“One of our marketing initiatives for later this year came about as the result of a comment that was posted on Facebook about Barry’s Tea. It’s an exciting one, but we can’t give away anything more than that at the moment!” she says.
An old pro to social media at this stage is Murphy’s Ice Cream, a small business with premises in Killarney and Dingle.
Kieran Murphy, director of Murphy’s Ice Cream, says: “Many of our ideas for new products and flavours have come from customers. We have always felt it’s imperative to keep talking to customers, so we can try to give them what they want.
“Our blog – Ice Cream Ireland – is another means of feedback. We’re also exploring other digital avenues at the moment, including Twitter,” he adds.
While many businesses may feel that vast amounts of money must be spent on market research in order to innovate and develop new products or services, Murphy agrees that social media brings the power of customer feedback to your doorstep.
“The amazing power of something like a blog becomes really apparent when you think about what it would have taken to reach such an audience a mere decade or so ago,” he affirms.
Why engage in crowdsourcing?
- Feedback is often the first step to new product development
- Using social tools such as blogs, Twitter and LinkedIn can allow people to build a rapport with your brand
- You can identify issues through crowd wisdom and be proactive rather than reactive.
Case study: Tweet Success
It is one thing to take on board the suggestions from customers through blogs and other forms of social media, but when one suggestion leads to a whole new product line this is where crowd wisdom really begins to shine.
Walter Higgins, founder of small technology firm Sxoop, says that the new product offering TwitterMosaic is ‘a perfect case-study’ of social media in action.
“It sprang from a request by someone on Twitter to create a once-off mosaic image of all of the attendees at charity event DubTwestival.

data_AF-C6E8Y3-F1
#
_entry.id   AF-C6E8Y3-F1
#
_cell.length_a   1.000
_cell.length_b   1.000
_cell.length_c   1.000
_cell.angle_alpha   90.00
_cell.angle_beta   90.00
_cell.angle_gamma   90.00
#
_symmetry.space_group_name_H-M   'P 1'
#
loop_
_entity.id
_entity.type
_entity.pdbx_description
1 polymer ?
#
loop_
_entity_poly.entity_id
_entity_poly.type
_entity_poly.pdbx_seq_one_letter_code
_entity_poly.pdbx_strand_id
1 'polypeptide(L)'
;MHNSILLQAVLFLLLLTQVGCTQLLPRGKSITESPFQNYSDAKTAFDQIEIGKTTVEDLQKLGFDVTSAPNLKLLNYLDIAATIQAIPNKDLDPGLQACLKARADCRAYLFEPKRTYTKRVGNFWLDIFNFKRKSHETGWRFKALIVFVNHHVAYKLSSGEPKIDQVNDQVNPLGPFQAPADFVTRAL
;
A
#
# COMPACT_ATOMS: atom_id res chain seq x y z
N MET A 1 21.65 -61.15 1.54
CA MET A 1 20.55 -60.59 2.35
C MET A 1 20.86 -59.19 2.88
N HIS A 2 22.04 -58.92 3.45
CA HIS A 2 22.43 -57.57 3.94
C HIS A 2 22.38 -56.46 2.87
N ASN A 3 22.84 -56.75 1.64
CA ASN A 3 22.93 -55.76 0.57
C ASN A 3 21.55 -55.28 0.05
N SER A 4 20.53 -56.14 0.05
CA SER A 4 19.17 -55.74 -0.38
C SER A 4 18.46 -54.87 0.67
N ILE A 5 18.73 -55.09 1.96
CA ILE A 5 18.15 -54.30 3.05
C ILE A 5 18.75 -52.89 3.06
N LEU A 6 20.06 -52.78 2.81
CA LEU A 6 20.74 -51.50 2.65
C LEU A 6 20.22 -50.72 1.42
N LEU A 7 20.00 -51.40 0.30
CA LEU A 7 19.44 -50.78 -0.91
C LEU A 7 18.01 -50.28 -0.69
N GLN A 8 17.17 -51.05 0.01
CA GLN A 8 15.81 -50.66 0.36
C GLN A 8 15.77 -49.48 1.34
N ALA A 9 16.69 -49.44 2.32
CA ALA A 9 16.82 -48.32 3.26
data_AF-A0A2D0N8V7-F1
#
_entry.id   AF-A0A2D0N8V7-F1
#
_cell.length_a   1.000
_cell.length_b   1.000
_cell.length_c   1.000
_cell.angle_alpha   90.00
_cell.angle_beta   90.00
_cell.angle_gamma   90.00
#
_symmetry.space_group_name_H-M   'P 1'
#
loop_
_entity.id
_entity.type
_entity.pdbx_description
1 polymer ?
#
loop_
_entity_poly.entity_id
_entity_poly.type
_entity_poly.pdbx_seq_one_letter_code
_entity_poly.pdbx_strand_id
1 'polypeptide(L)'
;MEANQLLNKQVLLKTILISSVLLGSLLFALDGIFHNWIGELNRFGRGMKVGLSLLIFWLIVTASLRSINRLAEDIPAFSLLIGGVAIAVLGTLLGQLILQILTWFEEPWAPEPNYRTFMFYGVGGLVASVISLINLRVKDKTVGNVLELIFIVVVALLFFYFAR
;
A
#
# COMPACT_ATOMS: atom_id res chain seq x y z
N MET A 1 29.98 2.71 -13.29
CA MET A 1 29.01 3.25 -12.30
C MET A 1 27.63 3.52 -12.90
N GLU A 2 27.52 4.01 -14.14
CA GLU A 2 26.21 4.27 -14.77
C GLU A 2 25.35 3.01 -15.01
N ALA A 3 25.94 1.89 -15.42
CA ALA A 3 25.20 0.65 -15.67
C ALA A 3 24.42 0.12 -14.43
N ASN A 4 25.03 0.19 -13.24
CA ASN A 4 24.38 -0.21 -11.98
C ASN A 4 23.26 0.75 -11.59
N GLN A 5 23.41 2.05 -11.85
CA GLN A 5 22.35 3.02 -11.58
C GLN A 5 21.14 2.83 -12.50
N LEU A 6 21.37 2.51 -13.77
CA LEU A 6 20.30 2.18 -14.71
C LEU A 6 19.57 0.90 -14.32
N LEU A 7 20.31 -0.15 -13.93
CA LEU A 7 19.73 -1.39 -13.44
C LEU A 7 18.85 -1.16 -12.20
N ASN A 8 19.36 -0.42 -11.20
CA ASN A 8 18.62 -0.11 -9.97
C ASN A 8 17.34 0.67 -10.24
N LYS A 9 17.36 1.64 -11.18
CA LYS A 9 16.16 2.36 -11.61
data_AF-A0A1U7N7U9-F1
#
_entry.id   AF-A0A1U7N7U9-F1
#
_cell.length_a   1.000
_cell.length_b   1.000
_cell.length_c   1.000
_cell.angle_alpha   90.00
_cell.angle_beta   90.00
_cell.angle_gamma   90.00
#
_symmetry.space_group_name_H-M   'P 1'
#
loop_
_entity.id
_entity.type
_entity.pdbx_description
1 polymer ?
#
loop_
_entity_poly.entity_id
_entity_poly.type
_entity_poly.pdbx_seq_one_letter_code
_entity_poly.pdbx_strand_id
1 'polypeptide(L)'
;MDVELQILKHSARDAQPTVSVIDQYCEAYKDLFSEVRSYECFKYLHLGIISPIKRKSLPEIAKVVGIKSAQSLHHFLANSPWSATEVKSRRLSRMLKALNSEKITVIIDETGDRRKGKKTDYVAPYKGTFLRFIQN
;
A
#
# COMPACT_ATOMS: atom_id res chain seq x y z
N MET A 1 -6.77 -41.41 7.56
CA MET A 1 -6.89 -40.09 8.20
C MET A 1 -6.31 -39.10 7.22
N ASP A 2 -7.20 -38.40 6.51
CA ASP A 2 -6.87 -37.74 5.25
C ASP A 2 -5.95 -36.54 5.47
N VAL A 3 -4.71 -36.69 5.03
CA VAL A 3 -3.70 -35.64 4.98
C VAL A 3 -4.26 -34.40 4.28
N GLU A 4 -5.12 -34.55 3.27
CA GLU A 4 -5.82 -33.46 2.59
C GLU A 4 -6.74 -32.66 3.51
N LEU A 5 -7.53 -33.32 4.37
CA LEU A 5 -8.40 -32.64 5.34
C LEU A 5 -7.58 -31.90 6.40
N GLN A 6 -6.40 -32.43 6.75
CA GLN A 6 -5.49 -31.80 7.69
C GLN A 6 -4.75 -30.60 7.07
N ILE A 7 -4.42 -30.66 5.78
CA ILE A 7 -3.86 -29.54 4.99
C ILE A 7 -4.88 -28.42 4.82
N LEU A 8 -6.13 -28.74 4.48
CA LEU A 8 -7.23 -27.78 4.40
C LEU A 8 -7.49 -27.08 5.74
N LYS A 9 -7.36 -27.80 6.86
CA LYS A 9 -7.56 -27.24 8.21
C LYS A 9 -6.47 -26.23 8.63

“Rather than creating a once-off image, I thought it would be cool if anyone could create a mosaic of the followers/friends and post it on their blog. A few days later, the first iteration of TwitterMosaic was born.
“Someone on Twitter suggested putting the mosaic on a T-shirt. Two days later, I was selling TwitterMosaic T-shirts and mugs from my website.”
Even from the beginning, social media was the ideal platform for a small company with little or no budget for marketing, says Higgins: “We ‘launched’ our first product, Pixenate, in a forum post on photo site Flickr.com because that’s where people who share their photos hang out.
“It grew in popularity from there, thanks to blog posts and online and offline publications.”
He explains that the challenge for firms using social media is to make themselves heard above the crowd.
“Social media has become crowded and it’s increasingly difficult for one single small company or individual to be heard. We’re fortunate that we have informal online networks like The Tuesday Push to help boost the signal from Irish web start-ups.
“I wish I could say TwitterMosaic was my idea, but I just happened to be listening to the right people at the right time,” says Higgins.
By Marie Boran